Today’s Letters: About Huawei; hospitals; and the future of the inner city

Tuesday 24 May: You can also write to us at

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Rejecting Huawei doesn’t make us safe

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Re: Canada to ban Huawei from 5G, 4G networks on May 20.

Having studied software development for over 60 years, the word that came to mind when I learned that our government thought banning Huawei network equipment would improve our national security was “naive.” The government seems to believe that a spy agency needs permission from management or owners to implant malware in a product. It doesn’t. We won’t be any safer without Huawei equipment than we would be with it.

The quality of most of today’s software is so low that no national spy agency needs to influence the manufacturer to insert code into the product. The poor design and incomplete documentation of most software makes it easy to insert spyware without management’s knowledge; the spies who would have infected Huawei products just attack what is bought instead. Once inserted, that spyware is unlikely to be discovered because the code is not fully understood by the programmers who maintain it.

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The only way to increase the security of our networks is to set high standards for its structure and documentation, and then systematically inspect the product to ensure that it meets these standards and does not contain any security flaws. It is not wise to base rejection on the type plate of the product; each manufacturer’s products can be infected by foreign agents working for each country.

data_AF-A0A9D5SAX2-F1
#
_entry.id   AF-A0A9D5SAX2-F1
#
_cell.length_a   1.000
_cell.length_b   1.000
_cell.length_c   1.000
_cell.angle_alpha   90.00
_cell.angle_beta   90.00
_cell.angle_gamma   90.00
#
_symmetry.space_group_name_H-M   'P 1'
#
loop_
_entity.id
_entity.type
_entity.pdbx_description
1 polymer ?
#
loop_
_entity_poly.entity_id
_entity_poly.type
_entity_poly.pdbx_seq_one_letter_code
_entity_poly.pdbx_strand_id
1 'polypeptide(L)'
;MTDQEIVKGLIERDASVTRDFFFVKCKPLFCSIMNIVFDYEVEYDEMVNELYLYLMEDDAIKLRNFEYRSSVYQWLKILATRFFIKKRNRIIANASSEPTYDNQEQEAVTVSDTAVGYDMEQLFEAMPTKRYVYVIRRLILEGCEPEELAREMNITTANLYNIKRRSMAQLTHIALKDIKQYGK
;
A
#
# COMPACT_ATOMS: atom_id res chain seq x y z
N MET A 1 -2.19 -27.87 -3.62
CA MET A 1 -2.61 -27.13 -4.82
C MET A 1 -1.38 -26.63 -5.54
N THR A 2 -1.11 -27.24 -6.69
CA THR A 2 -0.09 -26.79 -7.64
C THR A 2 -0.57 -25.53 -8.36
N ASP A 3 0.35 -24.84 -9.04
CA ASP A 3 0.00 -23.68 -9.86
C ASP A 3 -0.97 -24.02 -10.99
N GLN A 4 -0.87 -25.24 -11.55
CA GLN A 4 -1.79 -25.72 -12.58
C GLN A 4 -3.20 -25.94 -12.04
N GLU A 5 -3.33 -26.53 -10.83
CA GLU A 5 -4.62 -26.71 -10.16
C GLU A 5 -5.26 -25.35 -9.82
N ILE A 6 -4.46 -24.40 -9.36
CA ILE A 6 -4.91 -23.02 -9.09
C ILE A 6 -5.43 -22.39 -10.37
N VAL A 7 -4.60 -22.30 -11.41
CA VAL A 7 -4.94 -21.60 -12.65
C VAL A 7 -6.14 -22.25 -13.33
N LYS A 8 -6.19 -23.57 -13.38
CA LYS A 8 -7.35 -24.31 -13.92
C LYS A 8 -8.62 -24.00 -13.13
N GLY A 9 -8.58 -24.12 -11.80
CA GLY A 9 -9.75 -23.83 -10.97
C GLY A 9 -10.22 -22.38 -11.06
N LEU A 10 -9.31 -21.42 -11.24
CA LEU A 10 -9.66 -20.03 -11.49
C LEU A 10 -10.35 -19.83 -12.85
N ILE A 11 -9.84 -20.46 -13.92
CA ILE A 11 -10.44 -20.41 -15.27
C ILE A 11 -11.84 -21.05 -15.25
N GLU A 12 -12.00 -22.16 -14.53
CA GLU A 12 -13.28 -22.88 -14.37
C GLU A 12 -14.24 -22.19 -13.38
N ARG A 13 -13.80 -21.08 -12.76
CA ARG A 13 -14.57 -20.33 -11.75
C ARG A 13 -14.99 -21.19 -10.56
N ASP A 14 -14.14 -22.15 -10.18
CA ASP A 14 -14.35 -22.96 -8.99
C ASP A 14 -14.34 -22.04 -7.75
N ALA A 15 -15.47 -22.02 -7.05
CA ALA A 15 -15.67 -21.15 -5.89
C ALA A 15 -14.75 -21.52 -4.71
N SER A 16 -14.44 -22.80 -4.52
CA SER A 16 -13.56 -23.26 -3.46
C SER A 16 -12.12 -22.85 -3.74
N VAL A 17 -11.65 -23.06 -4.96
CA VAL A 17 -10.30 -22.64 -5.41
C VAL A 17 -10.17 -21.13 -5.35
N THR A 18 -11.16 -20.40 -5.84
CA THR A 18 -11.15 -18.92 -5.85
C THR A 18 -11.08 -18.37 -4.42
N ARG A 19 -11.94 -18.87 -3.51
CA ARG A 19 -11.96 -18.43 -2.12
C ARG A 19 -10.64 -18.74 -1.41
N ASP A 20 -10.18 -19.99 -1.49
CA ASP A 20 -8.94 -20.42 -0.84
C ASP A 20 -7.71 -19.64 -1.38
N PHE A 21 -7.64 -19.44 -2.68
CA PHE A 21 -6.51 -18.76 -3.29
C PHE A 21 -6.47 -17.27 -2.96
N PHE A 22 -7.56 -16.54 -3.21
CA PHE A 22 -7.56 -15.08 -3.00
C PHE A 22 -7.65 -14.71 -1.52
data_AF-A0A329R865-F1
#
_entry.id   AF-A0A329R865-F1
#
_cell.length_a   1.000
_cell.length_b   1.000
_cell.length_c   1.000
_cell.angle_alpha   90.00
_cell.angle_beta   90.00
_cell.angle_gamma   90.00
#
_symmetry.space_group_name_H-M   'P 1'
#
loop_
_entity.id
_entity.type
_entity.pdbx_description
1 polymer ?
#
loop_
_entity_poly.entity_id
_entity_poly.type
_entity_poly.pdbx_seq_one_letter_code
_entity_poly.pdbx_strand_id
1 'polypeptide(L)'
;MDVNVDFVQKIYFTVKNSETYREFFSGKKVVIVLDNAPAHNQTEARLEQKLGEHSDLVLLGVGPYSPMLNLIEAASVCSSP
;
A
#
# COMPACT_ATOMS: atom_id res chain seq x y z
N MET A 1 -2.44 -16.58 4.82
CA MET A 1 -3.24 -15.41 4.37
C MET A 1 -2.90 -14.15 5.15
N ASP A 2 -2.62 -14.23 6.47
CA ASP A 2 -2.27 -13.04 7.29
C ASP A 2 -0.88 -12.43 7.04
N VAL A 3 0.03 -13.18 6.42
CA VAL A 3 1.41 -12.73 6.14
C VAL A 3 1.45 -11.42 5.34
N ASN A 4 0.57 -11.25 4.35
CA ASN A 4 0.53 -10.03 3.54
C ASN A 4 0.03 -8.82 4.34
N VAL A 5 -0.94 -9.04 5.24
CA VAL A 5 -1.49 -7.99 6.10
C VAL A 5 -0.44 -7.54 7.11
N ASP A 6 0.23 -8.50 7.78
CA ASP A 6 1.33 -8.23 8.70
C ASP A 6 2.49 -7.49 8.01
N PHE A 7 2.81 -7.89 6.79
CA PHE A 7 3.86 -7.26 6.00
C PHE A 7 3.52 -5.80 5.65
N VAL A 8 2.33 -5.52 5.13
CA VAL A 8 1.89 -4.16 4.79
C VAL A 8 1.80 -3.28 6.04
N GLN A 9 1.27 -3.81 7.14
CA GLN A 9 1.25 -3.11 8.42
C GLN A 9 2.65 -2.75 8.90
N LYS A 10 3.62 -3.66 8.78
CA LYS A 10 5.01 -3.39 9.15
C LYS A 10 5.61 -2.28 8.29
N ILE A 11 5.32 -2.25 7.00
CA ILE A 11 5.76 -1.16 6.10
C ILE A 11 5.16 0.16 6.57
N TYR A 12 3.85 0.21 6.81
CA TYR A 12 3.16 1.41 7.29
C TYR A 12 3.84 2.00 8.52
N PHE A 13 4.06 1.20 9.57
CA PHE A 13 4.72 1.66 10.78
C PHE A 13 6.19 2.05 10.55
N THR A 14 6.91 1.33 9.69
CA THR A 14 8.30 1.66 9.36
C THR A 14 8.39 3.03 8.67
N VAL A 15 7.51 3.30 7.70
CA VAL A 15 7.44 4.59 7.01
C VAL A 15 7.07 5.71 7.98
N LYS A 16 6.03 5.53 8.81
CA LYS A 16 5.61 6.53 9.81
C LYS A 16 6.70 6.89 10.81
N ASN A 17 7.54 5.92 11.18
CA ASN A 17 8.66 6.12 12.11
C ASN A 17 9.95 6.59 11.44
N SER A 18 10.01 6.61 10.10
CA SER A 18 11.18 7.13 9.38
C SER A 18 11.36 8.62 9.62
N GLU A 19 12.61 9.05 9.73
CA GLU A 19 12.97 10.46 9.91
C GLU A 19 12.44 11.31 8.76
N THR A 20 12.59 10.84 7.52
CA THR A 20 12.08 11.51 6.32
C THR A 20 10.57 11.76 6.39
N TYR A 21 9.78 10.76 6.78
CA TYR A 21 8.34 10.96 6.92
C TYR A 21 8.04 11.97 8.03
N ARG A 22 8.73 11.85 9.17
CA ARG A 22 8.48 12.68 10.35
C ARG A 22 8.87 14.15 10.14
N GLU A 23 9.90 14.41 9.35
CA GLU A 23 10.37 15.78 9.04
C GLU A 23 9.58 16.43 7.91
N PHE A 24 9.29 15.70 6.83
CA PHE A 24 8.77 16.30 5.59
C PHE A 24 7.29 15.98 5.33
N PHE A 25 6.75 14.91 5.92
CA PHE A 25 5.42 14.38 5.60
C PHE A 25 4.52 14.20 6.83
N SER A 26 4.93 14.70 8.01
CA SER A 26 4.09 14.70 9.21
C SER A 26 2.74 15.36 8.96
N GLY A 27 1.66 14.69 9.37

Dave Parnas, Ottawa

How to fund the Civic Hospital campus?

To fully fund the $150 million that the city’s new Civic Hospital campus makes up, our municipal government just needs to look internally at the inefficiencies.

Edmonton and Calgary have about the same population (one million) as the Ottawa. The city of Edmonton needs 10,000 council workers and the city of Calgary needs 13,000. These numbers include emergency services such as police, fire brigade and paramedics. On the other hand, Ottawa needs more than 18,000 city employees. Until to get the $150 million to fund the Civic, all Ottawa has to do is cut its workforce.

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By eliminating 1,000 full-time equivalents, there would be an immediate savings of $75 million per year. In two years’ time, this reduction would fully finance the district, without any real estate tax costs.

Leo Berndt, Ottawa

Time to get workers back to the center

When will governments at all levels, and private employers, join forces and send their workers back to work at the center?

Admittedly, a full return, as it used to be, is a no-go, but hybrid models with various adjustments can/will work. Without rapid innovation in the nation’s capital, a likely disaster looms in the inner city, of many dimensions, for landlords and private companies of all shapes and sizes – not to mention the fate of bus and LRT services. , in which billions have been invested.

The seemingly laissez-faire approach to downtown working is a one-way ticket to financial ruin.

Len Huffman, Ottawa

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